In 1989 Sister Michael too was found to have cancer. Gifted with a sense of humour. She was a fine artist, avid reader, an astute business woman and leader of people. She began two new foundations one in Auckland and the second in Porirua. During her years of illness, Sister Joan and other Brigidines cared for Sister Michael at home, with assistance of the local doctor, oncology nurses and many friends. She was admitted to a private hospital only five days before her death on 2 August 1993. May Sisters Ambrose and Michael and all those who served the Lord in the Manawatu District, rest in peace.
Since September 1993 Sister Joan has lived on her own in Foxton. She carries on her apostolate from a small unit in Union Street. Her presence in the parish is valued greatly as each day she meets the needs of the people of Foxton and beyond. Through her, God scatters his seed, Sister Joan nurtures it and God gives the increase. St. Brigid is alive and well in the Manawatu.
| Negotiations began for the setting up of a convent
and school in Carterton, Masterton’s nearest neighbour, on 5 April
1908. Nine years later obstacles to the proposed plan were removed and Father
Michael O’ Beirne, brother to one of St. Bride’s Pioneers, Sister
Michael O’ Beirne, began building. In 1916 a two-roomed brick school
named St. Mary’s was erected on parish property on Howard Street.
In the meantime an appeal had gone out to New South Wales for extra Sisters to staff the school. Two arrived and stayed at St. Bride’s. While the accommodation problem was being solved, the Sisters lived in the presbytery until 2 April. The Sisters finally moved into their convent. Because none of the three resident Sisters were songsters, M. Joseph travelled from St. Bride’s each week to take the singing in the school. To help the Sisters financial situation, Father O’ Beirne succeeded in directing twenty-two music pupils to the Convent for tuition.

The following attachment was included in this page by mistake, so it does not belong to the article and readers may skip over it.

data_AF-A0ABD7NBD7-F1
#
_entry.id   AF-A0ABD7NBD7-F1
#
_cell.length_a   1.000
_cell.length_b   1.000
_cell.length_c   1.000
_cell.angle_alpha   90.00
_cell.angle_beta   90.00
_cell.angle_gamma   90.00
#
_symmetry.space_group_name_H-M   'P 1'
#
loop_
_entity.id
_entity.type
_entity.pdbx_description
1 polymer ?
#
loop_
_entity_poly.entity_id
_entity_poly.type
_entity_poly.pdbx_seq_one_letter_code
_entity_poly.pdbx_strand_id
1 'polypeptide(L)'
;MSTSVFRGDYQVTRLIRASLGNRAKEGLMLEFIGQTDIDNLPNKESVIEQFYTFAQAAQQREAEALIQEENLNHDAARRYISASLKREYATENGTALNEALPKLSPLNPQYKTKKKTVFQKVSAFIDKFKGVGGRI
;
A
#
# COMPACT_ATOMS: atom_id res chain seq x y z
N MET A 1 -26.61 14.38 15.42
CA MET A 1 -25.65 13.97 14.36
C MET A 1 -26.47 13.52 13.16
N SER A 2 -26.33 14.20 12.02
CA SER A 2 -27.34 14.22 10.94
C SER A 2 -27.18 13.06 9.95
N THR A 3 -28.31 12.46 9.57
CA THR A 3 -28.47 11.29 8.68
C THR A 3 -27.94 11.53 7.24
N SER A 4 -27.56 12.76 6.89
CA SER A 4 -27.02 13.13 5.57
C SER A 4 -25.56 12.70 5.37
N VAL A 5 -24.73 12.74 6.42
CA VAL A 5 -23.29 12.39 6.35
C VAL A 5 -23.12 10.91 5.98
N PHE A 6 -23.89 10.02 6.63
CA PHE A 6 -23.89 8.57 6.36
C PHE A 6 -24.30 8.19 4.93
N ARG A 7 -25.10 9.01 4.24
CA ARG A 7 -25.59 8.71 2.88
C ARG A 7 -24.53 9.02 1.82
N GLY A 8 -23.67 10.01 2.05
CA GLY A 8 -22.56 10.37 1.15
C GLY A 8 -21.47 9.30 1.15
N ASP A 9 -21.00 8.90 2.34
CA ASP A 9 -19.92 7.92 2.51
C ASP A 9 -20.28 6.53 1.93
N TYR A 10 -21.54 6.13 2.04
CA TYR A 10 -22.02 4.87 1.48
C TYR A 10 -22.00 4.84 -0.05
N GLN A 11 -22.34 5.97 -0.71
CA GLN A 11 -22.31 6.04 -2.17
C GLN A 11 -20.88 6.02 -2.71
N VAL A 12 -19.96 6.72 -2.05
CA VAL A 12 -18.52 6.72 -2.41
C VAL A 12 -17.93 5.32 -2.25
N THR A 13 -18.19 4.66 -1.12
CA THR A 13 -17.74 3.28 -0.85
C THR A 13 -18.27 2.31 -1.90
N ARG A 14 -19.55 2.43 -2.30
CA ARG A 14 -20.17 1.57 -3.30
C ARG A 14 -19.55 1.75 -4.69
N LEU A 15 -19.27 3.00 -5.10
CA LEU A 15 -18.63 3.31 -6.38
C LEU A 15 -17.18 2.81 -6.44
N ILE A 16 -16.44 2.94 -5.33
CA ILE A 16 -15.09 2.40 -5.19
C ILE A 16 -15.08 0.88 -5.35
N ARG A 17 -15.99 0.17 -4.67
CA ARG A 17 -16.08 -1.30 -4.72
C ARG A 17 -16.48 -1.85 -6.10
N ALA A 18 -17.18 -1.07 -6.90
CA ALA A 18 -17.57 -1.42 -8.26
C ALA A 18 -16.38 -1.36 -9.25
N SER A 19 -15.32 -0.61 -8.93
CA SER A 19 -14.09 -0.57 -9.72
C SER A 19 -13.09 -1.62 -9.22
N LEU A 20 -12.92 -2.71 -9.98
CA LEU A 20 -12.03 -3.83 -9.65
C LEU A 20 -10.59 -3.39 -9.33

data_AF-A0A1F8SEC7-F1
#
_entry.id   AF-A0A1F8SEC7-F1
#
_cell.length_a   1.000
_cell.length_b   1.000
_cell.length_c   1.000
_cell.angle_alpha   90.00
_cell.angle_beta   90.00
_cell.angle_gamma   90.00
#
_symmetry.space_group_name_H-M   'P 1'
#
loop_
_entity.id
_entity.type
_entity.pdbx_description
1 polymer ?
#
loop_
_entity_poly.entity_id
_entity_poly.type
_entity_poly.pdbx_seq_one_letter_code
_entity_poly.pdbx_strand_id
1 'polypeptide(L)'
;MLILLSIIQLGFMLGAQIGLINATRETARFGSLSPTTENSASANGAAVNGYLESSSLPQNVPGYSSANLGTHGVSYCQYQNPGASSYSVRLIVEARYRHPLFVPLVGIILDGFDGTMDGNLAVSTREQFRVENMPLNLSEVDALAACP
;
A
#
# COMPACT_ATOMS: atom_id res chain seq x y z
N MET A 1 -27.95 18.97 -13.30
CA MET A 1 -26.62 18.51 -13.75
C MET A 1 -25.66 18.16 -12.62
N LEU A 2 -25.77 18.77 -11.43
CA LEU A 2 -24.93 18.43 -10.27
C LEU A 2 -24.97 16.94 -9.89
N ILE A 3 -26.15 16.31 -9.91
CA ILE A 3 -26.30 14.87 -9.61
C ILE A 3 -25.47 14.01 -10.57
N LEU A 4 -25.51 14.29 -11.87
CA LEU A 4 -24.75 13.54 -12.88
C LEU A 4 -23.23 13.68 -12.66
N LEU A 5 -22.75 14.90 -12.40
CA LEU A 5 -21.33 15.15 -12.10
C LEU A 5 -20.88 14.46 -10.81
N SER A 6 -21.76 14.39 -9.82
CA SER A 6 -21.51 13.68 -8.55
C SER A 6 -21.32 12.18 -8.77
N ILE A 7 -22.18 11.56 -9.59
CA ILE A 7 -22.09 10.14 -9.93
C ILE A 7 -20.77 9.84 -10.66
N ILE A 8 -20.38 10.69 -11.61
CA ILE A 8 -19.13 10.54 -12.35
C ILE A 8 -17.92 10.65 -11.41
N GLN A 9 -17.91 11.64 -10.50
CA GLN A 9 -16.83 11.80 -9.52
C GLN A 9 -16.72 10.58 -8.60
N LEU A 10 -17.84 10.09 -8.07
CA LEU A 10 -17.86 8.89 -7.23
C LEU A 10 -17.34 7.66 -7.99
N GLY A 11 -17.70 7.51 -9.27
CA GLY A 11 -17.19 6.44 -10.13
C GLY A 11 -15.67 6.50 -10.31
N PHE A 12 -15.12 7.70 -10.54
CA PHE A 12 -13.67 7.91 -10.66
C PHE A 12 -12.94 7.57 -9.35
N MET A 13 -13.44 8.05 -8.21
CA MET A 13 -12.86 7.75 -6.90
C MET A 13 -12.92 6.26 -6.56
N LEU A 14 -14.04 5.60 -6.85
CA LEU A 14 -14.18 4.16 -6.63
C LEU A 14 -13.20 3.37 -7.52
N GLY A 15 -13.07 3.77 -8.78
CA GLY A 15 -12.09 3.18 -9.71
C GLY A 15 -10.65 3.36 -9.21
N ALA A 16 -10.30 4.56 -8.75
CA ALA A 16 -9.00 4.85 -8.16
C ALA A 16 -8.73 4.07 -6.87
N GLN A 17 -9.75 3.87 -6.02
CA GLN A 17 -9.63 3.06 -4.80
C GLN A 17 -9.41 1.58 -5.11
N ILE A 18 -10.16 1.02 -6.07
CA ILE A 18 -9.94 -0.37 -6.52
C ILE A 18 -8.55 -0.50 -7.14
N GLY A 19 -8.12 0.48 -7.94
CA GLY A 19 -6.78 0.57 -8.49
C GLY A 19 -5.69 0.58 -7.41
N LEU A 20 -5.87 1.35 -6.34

Delays were the order of the day. Though the Sisters weren’t in
residence, Father O” Beirne and an Australian priest, Father Doherty
offered Mass in the Convent on 30 March. It took some time for a temporary
chapel to be set up.
The little St. Mary’s school grew in numbers and the reputation of the Sisters’ teaching skills spread far and wide. Life passed with the usual succession of events. The “Black Flu” epidemic took its toll on Southern Wairarapa and with Carterton’s limited hospital facilities the Sisters were soon nursing patients in the school. The two local priests who ministered to the needs of the sick and dying contracted the disease and died on the same day. It was a heavy blow to the Wairarapa. The Sisters survived.
Because illness and the needs of the other Communities often made transfers necessary, many Sisters lived and taught in Carterton over the course of the years. Electric light was installed throughout the Convent in 1924. However it was not until 1929 that the Sisters had the luxury of a gas stove and copper, and a hot water cylinder. Gradually more alterations and minor extensions were added for the convenience of the Sisters and extern pupils.
|The Sisters received a salary of 70 a year. Of
that 60 pounds paid the interest on the 1000 pound Bank overdraft. To supplement
their income Sisters ran Sales of Work, Junior Balls and street appeals,
all with the devoted assistance of parents and parishioners. Without their